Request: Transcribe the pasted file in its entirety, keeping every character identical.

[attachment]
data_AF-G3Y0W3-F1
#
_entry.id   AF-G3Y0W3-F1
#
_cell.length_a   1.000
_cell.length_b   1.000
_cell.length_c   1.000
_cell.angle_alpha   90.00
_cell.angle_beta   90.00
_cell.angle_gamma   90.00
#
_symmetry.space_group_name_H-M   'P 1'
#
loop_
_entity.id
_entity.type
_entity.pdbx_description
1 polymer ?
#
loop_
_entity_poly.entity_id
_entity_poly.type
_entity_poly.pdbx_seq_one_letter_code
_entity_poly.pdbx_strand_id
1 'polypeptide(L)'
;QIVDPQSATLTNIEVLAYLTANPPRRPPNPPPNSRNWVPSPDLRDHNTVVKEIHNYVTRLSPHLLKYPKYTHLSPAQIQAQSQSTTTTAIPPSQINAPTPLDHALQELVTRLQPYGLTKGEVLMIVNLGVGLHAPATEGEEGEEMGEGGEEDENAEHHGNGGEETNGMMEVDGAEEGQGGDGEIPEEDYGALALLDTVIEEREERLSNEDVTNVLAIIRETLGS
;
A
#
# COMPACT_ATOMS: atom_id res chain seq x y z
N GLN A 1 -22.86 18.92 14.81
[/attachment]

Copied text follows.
data_AF-G3Y0W3-F1
#
_entry.id   AF-G3Y0W3-F1
#
_cell.length_a   1.000
_cell.length_b   1.000
_cell.length_c   1.000
_cell.angle_alpha   90.00
_cell.angle_beta   90.00
_cell.angle_gamma   90.00
#
_symmetry.space_group_name_H-M   'P 1'
#
loop_
_entity.id
_entity.type
_entity.pdbx_description
1 polymer ?
#
loop_
_entity_poly.entity_id
_entity_poly.type
_entity_poly.pdbx_seq_one_letter_code
_entity_poly.pdbx_strand_id
1 'polypeptide(L)'
;QIVDPQSATLTNIEVLAYLTANPPRRPPNPPPNSRNWVPSPDLRDHNTVVKEIHNYVTRLSPHLLKYPKYTHLSPAQIQAQSQSTTTTAIPPSQINAPTPLDHALQELVTRLQPYGLTKGEVLMIVNLGVGLHAPATEGEEGEEMGEGGEEDENAEHHGNGGEETNGMMEVDGAEEGQGGDGEIPEEDYGALALLDTVIEEREERLSNEDVTNVLAIIRETLGS
;
A
#
# COMPACT_ATOMS: atom_id res chain seq x y z
N GLN A 1 -22.86 18.92 14.81